Welcome to the summer issue of the Rural Minnesota Journal. In this quarter’s issue, we continue looking at the question of “Who owns rural Minnesota” with two articles concerning the complex and sometimes confusing issue of land ownership by Minnesota’s Native Americans.
As the land owned by American Indians dwindled to a small patchwork of property across the country, the federal government about a century ago devised a plan where Indian land would be placed “in trust” for them. Today, Indians are using their new-found resources to buy back land that used to be theirs. This buy-back has been causing animosity between tribes and local governments, especially counties, though, since property placed in trust goes off the tax rolls. Writer Larry Schumacher examines how one band and one county figured out how to come to an agreement that worked for both sides.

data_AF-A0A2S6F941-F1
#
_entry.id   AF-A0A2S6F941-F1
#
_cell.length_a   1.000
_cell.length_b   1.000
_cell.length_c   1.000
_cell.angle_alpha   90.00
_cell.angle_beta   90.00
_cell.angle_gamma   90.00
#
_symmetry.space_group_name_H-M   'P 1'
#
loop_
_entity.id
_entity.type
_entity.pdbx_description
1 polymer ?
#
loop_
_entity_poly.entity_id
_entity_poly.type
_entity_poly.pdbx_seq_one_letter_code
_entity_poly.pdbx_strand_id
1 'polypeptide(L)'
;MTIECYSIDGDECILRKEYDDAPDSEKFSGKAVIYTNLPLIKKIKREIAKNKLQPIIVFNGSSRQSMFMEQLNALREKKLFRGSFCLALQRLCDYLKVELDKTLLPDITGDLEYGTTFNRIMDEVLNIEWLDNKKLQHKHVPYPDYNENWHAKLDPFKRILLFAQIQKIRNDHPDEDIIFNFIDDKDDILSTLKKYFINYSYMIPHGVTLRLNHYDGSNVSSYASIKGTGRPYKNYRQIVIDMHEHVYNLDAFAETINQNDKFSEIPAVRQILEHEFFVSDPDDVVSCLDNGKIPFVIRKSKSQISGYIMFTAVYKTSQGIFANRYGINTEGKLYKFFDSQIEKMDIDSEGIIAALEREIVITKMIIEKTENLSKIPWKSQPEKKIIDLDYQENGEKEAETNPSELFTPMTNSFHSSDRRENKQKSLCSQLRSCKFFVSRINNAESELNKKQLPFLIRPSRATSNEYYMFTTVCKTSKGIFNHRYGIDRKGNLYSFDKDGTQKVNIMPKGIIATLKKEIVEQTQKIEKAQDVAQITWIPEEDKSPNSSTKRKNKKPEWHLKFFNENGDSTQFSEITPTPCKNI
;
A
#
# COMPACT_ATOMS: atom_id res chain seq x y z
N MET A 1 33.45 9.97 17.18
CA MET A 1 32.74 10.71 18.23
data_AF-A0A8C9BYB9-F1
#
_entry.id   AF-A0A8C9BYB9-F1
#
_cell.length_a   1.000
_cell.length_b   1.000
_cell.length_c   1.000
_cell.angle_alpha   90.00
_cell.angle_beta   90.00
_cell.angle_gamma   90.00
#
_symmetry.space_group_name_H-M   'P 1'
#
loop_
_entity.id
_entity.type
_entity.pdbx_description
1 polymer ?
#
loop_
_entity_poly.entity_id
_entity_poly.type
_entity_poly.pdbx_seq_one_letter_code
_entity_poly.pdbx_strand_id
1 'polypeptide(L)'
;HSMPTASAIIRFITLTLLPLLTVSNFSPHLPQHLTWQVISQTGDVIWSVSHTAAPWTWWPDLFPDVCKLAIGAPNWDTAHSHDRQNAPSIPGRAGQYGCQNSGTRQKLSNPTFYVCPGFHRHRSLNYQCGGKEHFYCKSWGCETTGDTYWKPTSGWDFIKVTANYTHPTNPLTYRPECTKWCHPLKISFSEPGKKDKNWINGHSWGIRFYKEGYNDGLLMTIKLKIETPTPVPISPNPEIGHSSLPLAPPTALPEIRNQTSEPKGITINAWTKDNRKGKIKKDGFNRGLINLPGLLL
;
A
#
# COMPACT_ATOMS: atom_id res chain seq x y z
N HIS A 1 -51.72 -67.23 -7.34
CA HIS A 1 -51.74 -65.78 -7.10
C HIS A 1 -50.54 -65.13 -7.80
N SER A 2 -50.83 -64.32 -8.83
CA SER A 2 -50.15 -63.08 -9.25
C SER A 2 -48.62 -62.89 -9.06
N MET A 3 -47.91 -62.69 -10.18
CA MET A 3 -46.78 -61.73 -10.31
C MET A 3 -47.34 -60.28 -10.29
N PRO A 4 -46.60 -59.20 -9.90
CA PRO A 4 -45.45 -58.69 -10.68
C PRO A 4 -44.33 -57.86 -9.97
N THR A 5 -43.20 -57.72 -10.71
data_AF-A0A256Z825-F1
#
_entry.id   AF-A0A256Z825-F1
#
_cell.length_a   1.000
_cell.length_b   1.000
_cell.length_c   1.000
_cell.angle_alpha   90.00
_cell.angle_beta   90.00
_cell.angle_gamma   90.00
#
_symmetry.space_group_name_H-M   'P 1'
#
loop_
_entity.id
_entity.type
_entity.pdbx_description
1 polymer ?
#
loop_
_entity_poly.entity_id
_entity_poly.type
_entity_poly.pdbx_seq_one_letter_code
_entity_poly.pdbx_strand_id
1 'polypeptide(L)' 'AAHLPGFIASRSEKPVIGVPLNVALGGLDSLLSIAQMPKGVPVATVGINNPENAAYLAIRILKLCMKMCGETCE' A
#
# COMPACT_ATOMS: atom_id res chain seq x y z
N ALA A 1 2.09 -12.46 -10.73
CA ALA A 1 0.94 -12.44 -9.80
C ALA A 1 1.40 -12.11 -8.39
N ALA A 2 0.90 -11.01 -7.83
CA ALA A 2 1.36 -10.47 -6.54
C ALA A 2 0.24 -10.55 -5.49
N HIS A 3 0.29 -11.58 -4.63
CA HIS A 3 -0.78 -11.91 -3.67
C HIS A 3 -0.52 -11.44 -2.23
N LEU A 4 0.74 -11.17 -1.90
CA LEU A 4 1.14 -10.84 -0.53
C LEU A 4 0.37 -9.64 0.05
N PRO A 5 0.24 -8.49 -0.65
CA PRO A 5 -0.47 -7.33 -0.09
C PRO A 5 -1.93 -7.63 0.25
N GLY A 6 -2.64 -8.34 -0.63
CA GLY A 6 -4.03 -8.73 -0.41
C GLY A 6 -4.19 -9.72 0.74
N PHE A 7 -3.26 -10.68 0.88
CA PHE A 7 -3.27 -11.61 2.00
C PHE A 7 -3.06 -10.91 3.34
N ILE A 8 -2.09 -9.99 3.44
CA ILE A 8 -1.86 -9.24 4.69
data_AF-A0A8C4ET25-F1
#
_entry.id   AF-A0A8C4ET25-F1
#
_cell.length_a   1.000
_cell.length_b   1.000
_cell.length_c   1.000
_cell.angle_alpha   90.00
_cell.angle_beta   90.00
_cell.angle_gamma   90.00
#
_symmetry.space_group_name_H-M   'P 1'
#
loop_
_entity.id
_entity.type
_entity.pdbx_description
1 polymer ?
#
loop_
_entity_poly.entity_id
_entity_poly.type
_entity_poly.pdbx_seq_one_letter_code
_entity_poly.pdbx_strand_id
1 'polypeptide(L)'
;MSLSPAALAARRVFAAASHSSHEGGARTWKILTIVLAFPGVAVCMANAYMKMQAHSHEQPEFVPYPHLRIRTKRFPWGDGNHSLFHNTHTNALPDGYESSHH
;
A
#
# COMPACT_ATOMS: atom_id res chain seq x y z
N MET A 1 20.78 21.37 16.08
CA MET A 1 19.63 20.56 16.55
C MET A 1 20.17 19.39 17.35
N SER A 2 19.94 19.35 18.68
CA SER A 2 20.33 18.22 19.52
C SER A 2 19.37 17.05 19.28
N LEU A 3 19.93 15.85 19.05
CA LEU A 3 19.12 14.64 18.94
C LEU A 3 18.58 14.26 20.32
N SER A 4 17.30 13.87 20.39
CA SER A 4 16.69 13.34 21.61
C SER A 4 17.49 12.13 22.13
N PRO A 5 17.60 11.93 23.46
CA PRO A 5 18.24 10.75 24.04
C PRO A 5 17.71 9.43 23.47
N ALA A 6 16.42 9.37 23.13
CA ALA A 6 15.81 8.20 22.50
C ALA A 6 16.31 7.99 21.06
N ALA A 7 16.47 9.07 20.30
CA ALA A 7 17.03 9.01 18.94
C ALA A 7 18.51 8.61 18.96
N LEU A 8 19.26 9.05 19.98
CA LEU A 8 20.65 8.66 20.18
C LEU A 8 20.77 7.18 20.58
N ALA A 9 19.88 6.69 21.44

U of MN professor Roderick Squires goes through the steps of how one landmark case moved from district court in St. Paul to the Supreme Court, setting a national precedent for how Indian treaties written in the 19th century are to be interpreted today.
The Rural Minnesota Journal Editorial Committee
Minnesota State University, Mankato
Maple Plain, MN
Crow Wing County Administrator
University of Minnesota, Duluth
University of Minnesota